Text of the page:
A leading British geneticist has admitted to being "really scared" by the prospect of rogue IVF clinics adopting powerful new gene-editing techniques to alter the DNA of babies.
Professor Robin Lovell-Badge fears that in places where regulation is weak, parents with enough money will soon be able to pay for inherited diseases to be edited out of their offspring.
This is just the sort of scenario critics claim would be the start of a slippery slope towards designer babies customised to be more physically attractive or intelligent.
The professor works at the Francis Crick Institute in London where a colleague has been granted permission to use gene editing to study early human development in the womb and the causes of miscarriage.
The technique, known as CRISPR/Cas9, allows scientists to "cut and paste" DNA so that highly precise changes can be made in the genetic code.
Questioned at the annual meeting of the American Association for the Advancement of Science (AAAS) in Washington DC, Prof Lovell-Badge said: "I'm very, very concerned about this. This whole notion of rogue clinics is something that has occupied fertility science for many years where these clinics have cropped up in many different countries, including the US, which are offering treatments with no real basis in science and may be dangerous in some cases.
"You can quite easily imagine that if you were to apply these gene-editing techniques then the places it would happen would have to be associated with IVF clinics. In the UK we are lucky to have good regulation but in many countries there is no regulation, or minimal regulation.
"You can quite easily imagine a combination of egos of the person running the thing and someone who wants to have treatment and has enough cash saying, 'I'll give you 50,000 dollars or whatever' - and that scares me, it really scares me. It's bad for the field."
Prof Lovell-Badge took part in an international summit on gene-editing held in the US capital in December. The participants, who included leading scientists, ethicists and policy makers, concluded that carefully regulated gene-editing for research was justified.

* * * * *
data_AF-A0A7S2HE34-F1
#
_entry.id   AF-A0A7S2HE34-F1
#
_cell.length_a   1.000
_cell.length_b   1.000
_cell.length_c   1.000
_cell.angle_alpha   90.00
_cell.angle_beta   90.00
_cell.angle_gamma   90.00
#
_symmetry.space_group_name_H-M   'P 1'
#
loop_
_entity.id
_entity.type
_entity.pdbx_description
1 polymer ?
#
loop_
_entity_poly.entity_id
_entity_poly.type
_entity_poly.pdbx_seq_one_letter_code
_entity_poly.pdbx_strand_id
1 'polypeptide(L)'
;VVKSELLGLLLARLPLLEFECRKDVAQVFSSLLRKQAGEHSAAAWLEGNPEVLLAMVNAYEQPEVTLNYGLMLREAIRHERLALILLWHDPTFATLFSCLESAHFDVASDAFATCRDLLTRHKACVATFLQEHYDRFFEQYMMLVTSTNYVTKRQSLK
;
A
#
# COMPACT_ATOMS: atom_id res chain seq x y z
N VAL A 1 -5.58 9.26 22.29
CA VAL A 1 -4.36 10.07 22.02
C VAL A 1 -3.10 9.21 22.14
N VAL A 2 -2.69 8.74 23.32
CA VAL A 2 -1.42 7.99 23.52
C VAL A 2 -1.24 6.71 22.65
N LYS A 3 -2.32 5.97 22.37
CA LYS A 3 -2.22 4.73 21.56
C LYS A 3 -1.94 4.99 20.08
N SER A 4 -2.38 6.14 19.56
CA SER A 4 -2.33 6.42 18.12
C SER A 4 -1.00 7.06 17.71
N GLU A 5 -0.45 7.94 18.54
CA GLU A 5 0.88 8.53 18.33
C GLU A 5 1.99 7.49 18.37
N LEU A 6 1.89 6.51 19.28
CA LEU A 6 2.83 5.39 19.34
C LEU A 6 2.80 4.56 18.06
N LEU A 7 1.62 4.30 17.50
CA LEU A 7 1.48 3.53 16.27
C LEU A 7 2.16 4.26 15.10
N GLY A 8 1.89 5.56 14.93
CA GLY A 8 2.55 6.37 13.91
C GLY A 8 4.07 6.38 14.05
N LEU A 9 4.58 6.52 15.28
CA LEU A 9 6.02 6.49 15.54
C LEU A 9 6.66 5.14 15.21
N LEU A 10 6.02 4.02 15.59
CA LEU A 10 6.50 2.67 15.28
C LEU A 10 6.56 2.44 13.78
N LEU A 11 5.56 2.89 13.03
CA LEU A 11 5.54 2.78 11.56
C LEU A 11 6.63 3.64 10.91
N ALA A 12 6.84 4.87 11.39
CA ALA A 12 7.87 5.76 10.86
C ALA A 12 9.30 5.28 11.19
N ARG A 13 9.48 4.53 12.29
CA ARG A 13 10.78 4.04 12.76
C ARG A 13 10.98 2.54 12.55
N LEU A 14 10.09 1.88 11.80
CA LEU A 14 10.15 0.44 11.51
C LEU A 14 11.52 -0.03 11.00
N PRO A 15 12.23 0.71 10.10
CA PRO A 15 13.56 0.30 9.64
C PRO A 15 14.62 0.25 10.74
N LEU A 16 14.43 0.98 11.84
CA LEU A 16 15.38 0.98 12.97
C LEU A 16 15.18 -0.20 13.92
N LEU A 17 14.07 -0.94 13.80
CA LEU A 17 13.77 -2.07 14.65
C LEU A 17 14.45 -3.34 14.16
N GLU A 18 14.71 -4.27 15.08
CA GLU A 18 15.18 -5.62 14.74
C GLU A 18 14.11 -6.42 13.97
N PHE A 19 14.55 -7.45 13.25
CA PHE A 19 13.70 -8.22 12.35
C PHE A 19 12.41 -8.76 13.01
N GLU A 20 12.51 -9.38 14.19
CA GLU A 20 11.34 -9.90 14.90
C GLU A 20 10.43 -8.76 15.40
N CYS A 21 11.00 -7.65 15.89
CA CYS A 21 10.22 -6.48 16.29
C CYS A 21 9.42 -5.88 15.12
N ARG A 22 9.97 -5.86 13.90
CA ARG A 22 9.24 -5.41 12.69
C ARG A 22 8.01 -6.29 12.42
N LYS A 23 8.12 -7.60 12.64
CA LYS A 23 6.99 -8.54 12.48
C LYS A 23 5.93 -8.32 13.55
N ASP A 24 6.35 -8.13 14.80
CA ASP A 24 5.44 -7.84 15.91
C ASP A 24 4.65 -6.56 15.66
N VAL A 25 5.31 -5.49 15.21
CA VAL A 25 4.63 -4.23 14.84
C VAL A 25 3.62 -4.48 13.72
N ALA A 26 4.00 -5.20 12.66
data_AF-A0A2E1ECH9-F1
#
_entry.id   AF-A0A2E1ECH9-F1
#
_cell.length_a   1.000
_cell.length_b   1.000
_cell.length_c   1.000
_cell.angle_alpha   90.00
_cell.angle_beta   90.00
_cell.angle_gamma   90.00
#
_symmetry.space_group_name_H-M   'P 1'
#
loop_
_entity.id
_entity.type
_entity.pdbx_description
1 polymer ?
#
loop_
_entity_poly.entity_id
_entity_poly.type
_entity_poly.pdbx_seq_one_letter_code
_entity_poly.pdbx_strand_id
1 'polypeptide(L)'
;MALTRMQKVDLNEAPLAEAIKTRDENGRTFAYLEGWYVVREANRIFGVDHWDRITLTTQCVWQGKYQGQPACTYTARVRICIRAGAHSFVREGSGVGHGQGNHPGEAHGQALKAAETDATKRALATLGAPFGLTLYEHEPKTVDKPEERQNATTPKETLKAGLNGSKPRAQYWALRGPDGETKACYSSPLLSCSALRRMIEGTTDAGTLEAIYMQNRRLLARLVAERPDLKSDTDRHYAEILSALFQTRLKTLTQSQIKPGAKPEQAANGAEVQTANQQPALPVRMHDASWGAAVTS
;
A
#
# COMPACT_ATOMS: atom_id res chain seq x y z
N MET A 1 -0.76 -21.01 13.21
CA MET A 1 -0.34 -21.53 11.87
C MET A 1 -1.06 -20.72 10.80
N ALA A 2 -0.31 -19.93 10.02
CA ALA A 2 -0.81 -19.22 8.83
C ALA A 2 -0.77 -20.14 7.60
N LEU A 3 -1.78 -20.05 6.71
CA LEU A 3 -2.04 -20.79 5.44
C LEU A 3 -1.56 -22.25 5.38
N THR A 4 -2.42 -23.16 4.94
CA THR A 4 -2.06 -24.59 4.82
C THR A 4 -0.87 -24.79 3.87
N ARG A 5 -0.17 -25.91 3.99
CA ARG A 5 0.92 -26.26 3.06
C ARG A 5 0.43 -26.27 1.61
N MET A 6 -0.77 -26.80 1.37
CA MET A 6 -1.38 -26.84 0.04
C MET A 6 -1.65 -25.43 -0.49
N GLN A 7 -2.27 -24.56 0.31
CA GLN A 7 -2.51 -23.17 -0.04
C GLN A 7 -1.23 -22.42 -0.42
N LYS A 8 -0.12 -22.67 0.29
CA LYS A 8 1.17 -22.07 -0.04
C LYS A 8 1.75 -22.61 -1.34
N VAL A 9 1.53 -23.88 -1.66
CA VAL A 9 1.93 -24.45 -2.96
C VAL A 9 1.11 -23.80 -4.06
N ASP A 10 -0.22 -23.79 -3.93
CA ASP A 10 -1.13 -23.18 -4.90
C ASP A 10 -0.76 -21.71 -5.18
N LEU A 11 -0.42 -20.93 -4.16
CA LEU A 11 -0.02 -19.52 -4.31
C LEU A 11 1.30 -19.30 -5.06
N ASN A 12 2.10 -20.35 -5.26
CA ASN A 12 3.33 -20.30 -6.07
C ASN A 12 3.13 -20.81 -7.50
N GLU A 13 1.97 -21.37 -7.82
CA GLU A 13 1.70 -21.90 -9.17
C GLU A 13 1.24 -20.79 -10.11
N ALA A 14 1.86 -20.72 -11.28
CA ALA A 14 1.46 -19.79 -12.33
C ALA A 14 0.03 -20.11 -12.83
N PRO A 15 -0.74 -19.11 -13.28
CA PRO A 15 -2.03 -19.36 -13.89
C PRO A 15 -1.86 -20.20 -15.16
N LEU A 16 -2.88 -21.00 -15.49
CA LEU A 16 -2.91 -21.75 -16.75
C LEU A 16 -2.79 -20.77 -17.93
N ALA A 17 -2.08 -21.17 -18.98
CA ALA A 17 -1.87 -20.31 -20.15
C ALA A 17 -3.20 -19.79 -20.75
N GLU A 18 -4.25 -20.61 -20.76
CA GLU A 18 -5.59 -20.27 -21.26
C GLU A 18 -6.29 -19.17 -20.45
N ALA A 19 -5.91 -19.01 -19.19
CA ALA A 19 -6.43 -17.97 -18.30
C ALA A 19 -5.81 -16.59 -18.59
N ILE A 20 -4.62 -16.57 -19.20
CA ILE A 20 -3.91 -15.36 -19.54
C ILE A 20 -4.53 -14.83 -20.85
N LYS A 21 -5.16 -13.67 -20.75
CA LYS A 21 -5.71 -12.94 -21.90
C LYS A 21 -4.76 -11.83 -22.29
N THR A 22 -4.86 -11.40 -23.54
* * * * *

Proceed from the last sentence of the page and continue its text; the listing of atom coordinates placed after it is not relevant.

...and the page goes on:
His concerns were echoed by fertility pioneer Lord Winston, Professor of Science and Society at Imperial College, London, who went further, arguing that the use of gene-editing by IVF clinics was not likely to be confined to countries with poor regulation.
Lord Winston said: "Whatever is said, regulation cannot prevent this from happening either in the UK eventually or much more likely elsewhere. Robin has a rather touching faith in the ability of bodies like the HFEA (Human Fertilisation and Embryology Authority) but I am not so convinced.
"With the power of the market and the open information published in journals, I am sure that humans will want to try to 'enhance' their children and will be prepared to pay large sums to do so."
Bio-ethicist Dr Sarah Chan, from the University of Edinburgh, argued that infants with medical genetic enhancements should not be regarded as "designer babies".
She did not think that genuine designer babies, altered to improve intelligence or physical characteristics, were inevitable.
"From a UK context we ought to feel confident that if and when we get to the point that the technology is sufficiently advanced, we will approach it appropriately," said Dr Chan.
"I would venture to say that for a lot of people it may not be a scary prospect, because the first context in which we're likely to see this would be in the clinic for reproduction would be ... to cure or to attempt to alleviate serious disease."
Canadian professor and philosopher Francoise Baylis, from Dalhousie Medical School, who also attended the gene-editing summit and spoke at the AAAS meeting, did not agree.
She said: "It's a very real worry that many of the activities in the area of human reproduction have moved forward without proper clinical trials which has meant that we don't actually have data that is robust in the clinical context.
"Any one country can start to look like a rogue-technology place.
"It's not likely to be a top-down initiative, it's likely to be a bottom-up initiative, which is different to the types of concern we've heard before about eugenics."
She added: "We allow parents to enhance their children already through all kinds of social interventions, such as access to higher education, so there is already a belief or orientation that that is a proper goal or objective for a parent which is to give their children as many opportunities as possible ..
"Are people going to start focussing on something like stature? We have good data to show that if you are a taller male you will do better than a shorter male. We know that to be true ... we might say let's just fix it, let's make people taller."